A question, please.

Nothing has happened on the issue of mortgage arrears. The issue of personal insolvency is still trundling its way through the legislative process. Nothing has happened in respect of loans to small and medium enterprises. This is stated in official reports at Irish and European level; it is not anecdotal evidence. Now the Central Bank states people with very good records cannot get loans to buy very affordable houses by any model and standard. That smacks of a set of policies that have not been working in the last 12 months. The Taoiseach has indicated a range of measures that were taken.

May we have a question, please?

Clearly, they are not having the desired impact. Will the Government intervene in the context of the Central Bank's report, talk to the banks and ensure there is some activity? On rents, we are doing very well. Mortgage repayments would actually be lower than the rent being charged by landlords in some cases in the domestic market. The domestic economy requires intervention. This is a very simple measure that could be of help in employment creation.

As the Deputy knows full well, intervention in the housing market through various activities was a contributory factor in the country going over the edge. The idea was portrayed that we could continue to provide all the services that the public needed but not pay for them because they would be paid for using the taxes coming in through property speculation. The Deputy states there is no clarity. The Government does not want to run the housing market. I am sure he is not expecting it to intervene-----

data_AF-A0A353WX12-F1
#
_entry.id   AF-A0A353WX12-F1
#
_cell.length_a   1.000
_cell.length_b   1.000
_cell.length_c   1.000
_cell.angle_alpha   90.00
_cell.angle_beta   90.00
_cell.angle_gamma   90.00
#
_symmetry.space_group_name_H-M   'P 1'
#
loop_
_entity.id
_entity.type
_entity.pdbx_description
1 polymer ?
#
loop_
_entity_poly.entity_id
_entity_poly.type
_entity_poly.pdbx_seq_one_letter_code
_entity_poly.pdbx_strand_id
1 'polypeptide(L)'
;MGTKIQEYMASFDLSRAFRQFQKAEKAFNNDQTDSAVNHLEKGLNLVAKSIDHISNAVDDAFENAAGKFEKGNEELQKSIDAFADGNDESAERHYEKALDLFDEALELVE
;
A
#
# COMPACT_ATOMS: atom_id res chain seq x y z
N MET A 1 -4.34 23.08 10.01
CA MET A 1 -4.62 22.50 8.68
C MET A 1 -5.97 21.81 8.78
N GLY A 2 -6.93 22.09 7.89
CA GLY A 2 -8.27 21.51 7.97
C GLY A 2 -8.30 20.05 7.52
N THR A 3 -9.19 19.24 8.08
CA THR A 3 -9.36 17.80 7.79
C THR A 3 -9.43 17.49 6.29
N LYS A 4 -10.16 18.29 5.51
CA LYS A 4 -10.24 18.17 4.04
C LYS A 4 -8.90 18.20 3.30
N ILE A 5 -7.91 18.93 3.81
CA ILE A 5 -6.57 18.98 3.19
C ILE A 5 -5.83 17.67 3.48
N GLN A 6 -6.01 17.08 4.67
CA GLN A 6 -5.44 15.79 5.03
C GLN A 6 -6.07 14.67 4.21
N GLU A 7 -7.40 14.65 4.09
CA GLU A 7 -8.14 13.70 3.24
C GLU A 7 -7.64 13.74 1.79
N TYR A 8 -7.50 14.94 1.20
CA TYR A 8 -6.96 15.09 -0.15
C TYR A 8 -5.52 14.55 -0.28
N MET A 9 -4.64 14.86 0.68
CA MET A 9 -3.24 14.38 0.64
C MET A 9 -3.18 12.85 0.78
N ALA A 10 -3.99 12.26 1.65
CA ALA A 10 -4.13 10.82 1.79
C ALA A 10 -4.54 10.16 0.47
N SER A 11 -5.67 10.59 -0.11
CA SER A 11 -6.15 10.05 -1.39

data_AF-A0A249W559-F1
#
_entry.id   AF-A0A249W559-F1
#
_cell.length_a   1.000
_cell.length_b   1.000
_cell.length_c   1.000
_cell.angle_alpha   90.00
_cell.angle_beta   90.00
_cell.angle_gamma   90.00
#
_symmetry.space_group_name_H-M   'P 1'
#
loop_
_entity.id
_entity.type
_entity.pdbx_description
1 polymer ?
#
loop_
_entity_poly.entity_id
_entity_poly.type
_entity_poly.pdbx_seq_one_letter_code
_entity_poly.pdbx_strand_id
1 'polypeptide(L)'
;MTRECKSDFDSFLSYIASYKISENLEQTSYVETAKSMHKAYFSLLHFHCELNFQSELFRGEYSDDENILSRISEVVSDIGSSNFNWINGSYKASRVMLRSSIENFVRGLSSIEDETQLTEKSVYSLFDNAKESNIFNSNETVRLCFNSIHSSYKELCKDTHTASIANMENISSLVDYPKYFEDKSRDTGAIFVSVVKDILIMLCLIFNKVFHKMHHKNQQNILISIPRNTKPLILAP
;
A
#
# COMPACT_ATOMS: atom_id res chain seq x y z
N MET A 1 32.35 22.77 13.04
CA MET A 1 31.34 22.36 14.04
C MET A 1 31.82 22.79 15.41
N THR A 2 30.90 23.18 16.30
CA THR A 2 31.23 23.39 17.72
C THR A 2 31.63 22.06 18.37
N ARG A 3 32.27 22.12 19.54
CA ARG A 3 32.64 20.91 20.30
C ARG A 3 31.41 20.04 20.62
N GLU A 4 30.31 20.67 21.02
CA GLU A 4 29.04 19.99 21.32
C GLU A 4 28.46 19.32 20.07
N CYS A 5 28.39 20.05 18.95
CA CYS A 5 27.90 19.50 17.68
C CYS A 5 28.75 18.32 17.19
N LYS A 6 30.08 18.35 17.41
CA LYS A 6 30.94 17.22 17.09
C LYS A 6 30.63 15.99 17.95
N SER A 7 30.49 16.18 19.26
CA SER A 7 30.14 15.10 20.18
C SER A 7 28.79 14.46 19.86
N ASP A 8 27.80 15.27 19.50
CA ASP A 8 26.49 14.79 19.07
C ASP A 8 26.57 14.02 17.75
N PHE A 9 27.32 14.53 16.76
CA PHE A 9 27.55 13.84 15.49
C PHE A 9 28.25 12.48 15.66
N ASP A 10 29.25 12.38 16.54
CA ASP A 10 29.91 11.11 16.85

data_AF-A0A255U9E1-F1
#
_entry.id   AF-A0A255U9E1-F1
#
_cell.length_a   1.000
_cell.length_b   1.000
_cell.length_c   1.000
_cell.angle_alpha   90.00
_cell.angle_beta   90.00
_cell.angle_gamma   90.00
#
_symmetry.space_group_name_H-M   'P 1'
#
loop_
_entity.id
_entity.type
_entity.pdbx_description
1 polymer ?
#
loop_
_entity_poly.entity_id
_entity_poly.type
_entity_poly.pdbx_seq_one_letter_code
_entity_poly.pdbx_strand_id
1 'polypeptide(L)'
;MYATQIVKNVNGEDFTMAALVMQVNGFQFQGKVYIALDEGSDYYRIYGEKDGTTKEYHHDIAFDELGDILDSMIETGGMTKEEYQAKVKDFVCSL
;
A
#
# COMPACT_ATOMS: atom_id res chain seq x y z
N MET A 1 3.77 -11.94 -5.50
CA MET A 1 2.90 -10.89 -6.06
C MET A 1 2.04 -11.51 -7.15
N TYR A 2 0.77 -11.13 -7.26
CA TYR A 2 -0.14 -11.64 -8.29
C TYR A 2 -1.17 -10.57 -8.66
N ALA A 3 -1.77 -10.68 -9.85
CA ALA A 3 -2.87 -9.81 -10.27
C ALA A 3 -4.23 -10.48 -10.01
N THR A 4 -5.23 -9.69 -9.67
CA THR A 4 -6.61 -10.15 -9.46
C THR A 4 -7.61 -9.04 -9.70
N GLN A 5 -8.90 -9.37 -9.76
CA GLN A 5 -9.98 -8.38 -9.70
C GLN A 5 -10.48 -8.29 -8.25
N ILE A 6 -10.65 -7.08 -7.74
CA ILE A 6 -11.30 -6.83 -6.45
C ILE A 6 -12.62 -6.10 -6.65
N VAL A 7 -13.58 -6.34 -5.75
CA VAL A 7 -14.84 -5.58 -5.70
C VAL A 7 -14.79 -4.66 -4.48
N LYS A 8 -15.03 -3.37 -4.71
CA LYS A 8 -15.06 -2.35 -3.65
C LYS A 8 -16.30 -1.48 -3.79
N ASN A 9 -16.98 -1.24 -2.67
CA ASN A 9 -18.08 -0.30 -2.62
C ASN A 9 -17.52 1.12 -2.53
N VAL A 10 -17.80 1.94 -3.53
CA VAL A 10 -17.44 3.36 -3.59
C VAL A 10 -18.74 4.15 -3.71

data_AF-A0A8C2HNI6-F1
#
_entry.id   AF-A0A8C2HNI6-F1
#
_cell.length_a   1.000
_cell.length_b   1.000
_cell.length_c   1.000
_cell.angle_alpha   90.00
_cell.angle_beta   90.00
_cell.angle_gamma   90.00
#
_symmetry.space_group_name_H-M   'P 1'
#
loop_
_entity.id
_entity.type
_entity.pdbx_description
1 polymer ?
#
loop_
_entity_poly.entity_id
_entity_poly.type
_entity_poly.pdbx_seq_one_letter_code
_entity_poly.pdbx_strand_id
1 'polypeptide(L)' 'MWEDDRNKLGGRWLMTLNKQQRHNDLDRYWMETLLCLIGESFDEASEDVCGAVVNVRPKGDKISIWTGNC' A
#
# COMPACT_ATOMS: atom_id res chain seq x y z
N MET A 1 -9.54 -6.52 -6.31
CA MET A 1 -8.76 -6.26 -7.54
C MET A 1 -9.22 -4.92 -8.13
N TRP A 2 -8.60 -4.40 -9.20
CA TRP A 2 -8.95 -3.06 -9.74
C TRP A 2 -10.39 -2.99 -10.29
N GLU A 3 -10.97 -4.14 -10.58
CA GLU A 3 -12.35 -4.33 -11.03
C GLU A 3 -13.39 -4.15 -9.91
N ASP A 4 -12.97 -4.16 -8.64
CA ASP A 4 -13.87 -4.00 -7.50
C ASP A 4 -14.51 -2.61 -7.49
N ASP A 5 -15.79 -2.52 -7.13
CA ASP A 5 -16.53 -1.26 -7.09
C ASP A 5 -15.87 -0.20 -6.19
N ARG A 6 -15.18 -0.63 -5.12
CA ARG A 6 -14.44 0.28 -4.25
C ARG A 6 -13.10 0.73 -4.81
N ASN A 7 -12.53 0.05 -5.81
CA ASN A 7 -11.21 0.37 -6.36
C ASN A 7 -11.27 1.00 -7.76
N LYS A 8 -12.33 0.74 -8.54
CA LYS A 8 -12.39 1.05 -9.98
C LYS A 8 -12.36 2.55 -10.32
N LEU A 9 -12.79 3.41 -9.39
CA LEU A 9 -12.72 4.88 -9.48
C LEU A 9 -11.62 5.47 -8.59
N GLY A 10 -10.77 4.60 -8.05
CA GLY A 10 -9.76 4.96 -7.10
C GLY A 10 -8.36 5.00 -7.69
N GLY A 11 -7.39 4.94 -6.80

I am talking about recapitalisation and what we were told would happen as a result of it.

The Government has reduced stamp duty from 6% to 2% on all commercial properties, removed capital gains tax on property held for seven years and increased mortgage interest relief to 25% for first-time buyers in 2012 and it is to continue it for a period thereafter. We have also had direct meetings with the banks. We received confirmation from Bank of Ireland that it had set aside €1.5 billion for loans on residential properties, from AIB that it had allocated €1 billion, and from Ulster Bank that it was prepared to increase its fund if demand increased. As people become aware that this is a significant year for the purchase of residential properties owing to increased mortgage interest relief, interest is, at least, being expressed. I will not be happy, however, until there is confirmation of the drawing down of mortgages. The Deputy knows that people have had mortgages approved but have not drawn them down, either because of lack of confidence or because such conditions were imposed that they were not able to draw them down.

The economic management council and the Cabinet sub-committee dealing with mortgage arrears and mortgage distress will continue to have this as a priority. We meet regularly about it, on the basis of establishing real progress.